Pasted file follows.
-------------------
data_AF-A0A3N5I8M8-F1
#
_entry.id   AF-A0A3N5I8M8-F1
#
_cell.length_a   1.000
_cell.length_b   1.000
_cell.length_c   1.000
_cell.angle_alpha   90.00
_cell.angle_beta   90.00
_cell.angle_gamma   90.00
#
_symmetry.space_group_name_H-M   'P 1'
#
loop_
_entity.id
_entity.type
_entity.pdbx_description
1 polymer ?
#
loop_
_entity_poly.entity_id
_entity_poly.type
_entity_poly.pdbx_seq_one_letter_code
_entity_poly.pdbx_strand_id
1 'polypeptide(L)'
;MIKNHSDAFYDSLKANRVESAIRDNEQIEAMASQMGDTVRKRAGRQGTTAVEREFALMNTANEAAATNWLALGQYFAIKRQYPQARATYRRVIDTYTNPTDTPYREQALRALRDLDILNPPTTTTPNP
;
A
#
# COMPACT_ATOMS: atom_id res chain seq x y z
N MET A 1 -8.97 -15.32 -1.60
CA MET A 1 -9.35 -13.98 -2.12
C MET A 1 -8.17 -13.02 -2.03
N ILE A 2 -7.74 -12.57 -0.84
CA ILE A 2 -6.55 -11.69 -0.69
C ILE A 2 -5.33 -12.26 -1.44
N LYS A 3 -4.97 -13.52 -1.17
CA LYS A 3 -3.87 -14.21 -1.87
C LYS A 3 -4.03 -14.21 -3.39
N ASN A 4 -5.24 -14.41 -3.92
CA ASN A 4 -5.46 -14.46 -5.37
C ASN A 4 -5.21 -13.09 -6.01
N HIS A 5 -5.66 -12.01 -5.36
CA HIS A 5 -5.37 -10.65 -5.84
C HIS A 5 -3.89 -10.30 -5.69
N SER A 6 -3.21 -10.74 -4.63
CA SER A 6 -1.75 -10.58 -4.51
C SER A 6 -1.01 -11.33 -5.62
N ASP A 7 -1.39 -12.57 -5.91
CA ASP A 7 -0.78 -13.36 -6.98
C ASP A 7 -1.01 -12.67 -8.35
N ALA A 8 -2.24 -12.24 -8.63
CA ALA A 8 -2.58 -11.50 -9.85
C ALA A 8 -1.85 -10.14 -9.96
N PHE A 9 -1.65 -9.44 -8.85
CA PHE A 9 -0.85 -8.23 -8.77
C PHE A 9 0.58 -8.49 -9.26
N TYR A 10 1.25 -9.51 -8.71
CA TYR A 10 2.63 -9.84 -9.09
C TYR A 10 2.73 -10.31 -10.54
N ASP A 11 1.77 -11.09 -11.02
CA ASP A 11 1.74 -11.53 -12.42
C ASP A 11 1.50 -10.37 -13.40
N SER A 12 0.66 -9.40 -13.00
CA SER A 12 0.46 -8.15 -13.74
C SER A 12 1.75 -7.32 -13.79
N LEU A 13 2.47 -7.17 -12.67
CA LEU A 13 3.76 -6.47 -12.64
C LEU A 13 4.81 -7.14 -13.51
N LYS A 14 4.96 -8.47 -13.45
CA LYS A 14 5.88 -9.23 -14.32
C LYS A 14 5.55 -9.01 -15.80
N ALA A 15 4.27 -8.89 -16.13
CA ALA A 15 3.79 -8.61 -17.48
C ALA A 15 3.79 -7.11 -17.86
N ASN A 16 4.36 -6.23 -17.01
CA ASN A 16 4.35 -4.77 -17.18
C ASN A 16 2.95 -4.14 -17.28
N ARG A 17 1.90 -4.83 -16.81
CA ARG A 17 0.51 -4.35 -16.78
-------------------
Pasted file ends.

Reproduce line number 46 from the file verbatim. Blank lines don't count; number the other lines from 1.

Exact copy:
N SER A 6 -3.21 -10.74 -4.63